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IoT Infrastructure


IoT Infrastructure Guide

The Internet of Things (IoT) covers a broad range of industrites and applications. There many IoT use cases which require: 

  • Cloud connectivity (asset tracking, home automation, industrial automation, etc.) using technologies like WiFi or cellular networks like NB-IoT, LTE-M, GSM, etc.
  • Long-range local networks (smart city, smart agriculture, etc.) using technologies like LoRa, Zigbee, Sigfox, etc.
  • Short-range local networks (tracking vital health parameters using wearables, smart door locks, etc.) using technologies like BLE, NFC, ZWave, etc.

While implementation specifics vary across these applications, the fundamentals of IoT infrastructure is the same.

As a result, a solid understanding of IoT infrastructure is an important aspect of building reliable IoT systems across industries. In this article, we’ll take a deep dive on the topic of IoT infrastructure.

Infrastructure Requirements for IoT

At a basic level, IoT refers to any system of interconnected devices that have sensors and embedded processing abilities. Note that devices don’t have to use the Internet. Even locally connected devices interacting and exchanging data are an IoT system.

With that in mind, we can break down the IoT infrastructure required to make an IoT system into these elements.

IoT Infrastructure Elements
IoT Infrastructure ElementDescription
SensorUsed for measuring physical quantities that the IoT device shares over the network
ControllerThe brain of the device; acts as a bridge between the sensor and the network and also performs onboard computations and storage
NetworkThe technology used for exchanging data with either other devices in the system, or the Cloud
CloudComputing, storage and gateway resources accessible over the internet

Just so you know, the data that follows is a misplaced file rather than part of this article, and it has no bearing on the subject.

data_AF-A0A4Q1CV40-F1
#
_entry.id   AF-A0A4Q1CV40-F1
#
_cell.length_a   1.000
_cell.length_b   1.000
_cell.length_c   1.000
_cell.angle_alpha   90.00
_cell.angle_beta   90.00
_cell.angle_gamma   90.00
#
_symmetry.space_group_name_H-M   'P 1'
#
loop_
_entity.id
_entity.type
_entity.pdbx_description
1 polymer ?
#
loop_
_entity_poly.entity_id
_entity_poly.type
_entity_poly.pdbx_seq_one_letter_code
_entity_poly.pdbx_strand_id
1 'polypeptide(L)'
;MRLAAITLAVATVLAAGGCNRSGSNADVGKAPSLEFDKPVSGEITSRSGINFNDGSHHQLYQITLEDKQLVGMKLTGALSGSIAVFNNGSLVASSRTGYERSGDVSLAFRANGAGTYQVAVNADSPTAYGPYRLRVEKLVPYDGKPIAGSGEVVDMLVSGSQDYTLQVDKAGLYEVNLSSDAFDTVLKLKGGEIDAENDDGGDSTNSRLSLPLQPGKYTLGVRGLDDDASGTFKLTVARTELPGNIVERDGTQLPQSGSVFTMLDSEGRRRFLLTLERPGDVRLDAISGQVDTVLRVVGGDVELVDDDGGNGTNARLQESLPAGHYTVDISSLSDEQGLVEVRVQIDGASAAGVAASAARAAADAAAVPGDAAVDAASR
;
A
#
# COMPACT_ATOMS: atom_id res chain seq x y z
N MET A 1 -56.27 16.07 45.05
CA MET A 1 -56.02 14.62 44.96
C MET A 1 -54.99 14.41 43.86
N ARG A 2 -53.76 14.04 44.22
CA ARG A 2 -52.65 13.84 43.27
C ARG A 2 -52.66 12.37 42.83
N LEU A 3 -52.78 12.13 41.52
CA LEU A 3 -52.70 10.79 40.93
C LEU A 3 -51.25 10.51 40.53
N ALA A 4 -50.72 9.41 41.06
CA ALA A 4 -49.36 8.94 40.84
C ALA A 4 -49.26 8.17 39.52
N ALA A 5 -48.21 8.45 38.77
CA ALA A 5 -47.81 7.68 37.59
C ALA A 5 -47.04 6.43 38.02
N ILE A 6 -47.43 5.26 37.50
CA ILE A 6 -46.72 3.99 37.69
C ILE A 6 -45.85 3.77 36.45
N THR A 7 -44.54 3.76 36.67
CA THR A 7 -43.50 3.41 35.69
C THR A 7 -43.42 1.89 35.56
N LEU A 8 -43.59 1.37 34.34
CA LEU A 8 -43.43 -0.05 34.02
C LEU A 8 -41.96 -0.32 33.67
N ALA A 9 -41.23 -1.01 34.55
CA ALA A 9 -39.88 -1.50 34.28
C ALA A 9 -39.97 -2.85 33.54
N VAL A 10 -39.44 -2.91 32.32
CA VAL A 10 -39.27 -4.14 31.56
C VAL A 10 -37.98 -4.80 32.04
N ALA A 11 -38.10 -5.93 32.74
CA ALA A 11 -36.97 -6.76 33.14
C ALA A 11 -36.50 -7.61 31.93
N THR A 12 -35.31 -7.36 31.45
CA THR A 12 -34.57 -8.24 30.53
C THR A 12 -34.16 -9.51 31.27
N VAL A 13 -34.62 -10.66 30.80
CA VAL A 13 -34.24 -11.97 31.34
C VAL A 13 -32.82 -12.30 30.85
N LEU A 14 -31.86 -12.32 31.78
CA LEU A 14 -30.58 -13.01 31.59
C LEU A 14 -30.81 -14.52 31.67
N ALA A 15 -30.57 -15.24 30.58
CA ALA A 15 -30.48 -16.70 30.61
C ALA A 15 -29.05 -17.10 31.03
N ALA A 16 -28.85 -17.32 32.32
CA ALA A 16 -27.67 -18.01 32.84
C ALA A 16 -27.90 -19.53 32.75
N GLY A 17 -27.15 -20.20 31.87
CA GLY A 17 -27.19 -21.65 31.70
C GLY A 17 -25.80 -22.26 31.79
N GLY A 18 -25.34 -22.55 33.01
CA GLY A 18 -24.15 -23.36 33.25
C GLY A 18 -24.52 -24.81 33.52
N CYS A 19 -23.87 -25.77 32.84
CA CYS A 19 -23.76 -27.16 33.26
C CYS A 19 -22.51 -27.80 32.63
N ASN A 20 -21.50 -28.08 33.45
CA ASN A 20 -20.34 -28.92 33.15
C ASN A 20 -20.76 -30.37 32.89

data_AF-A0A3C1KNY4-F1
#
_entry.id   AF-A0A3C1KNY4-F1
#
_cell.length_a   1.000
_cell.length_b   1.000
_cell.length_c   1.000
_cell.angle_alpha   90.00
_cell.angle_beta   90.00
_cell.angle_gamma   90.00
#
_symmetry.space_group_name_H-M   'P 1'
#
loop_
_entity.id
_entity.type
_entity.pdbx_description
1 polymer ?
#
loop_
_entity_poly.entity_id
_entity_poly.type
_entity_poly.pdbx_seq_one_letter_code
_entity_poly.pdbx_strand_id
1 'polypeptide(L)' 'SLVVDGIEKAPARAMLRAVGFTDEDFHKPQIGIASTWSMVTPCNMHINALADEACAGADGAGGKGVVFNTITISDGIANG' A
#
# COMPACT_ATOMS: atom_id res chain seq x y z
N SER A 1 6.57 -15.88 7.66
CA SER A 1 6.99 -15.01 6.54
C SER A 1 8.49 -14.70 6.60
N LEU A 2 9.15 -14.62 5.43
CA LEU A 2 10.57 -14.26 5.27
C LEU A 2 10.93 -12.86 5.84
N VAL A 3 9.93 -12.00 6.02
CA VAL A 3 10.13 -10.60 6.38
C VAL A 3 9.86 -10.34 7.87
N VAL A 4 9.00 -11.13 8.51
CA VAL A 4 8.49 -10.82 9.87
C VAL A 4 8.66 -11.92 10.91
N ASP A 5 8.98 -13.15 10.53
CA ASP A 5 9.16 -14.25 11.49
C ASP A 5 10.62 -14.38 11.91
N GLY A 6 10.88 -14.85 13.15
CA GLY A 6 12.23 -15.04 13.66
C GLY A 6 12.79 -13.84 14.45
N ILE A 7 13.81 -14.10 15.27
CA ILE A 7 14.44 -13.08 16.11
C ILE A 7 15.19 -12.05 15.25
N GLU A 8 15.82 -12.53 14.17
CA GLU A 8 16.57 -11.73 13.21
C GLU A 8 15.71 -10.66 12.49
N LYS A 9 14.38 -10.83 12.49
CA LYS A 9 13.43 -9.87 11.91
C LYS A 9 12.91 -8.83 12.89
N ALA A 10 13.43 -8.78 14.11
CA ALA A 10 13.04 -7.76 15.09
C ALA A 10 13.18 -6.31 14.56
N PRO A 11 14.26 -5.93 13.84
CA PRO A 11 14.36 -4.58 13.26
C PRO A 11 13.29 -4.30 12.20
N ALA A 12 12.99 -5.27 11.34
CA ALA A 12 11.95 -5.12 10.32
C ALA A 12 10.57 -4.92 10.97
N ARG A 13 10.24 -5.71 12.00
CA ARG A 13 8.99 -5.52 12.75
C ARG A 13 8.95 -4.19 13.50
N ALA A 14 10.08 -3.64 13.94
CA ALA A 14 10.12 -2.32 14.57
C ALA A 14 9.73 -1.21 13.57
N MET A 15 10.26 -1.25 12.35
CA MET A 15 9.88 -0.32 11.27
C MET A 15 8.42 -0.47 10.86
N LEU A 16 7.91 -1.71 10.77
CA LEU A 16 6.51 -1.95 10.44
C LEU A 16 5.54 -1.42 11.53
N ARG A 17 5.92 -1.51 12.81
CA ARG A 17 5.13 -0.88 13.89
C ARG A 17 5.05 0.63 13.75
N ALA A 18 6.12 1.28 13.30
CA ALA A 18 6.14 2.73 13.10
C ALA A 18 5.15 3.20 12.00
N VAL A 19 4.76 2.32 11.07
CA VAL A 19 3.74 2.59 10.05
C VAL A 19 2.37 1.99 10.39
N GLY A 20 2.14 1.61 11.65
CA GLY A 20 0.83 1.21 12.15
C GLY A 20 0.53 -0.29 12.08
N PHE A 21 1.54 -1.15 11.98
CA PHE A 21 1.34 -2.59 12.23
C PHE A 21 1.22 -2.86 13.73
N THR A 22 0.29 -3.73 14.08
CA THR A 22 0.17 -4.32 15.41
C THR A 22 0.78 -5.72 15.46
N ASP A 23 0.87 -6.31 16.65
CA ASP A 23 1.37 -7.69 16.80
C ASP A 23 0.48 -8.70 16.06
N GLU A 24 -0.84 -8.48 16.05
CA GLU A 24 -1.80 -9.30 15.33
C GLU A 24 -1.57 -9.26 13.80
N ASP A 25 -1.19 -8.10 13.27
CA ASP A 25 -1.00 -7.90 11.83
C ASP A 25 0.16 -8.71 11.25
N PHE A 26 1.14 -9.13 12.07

User-facing applicationsMobile and web applications that allow the user to interact with the IoT system and visualize the data
Data AnalyticsThe tools and resources (often on the Cloud) that enable users to derive insights from the data sent by the IoT system

In addition to these basic IoT infrastructure elements, optional hubs can connect a cluster of IoT devices to the internet. And finally, an attribute spanning all these infrastructure elements is security. In the following sections, we’ll take a closer look at each of these infrastructure elements. 

IoT Sensors

IoT sensors are a vital component of enabling IoT use cases. These sensors can monitor conditions like the temperature of a room using a temperature sensor or track a vehicle via GPS. IoT sensors are usually powered by a battery or external DC power source.

While most IoT systems have sensors, there can be some that don’t need them. For example, if you need to control a smart light using an app, you only need an IoT controller.

IoT Controller

An IoT controller is the brain of an IoT application. It acts as a bridge between the sensor and the network and often performs local computations. Today, IoT controllers are becoming more powerful in terms of storage and compute resources. This evolution is driving the popularity of edge computing, which moves storage and compute closer to data sources (e.g., IoT sensors).

Like IoT sensors, controllers use a battery or external power source.

IoT Network

Next comes the ‘interconnectivity’ part. Without network connectivity, a device is not an IoT device but just a standalone computing device. To create an IoT system, devices must connect to other devices or the cloud.

The types of connectivity vary depending on the application, ranging from cloud connectivity to short-range local connectivity (e.g., BLE). Likewise, different network communication mediums will require different IoT hardware (e.g., Bluetooth, WiFi, or LTE chips).

IoT Cloud

If IoT devices communicate with the cloud, you’ll need an IoT cloud platform. You can either provision your own cloud infrastructure or use a cloud service provider like AWS, Azure, GCP, or Macrometa.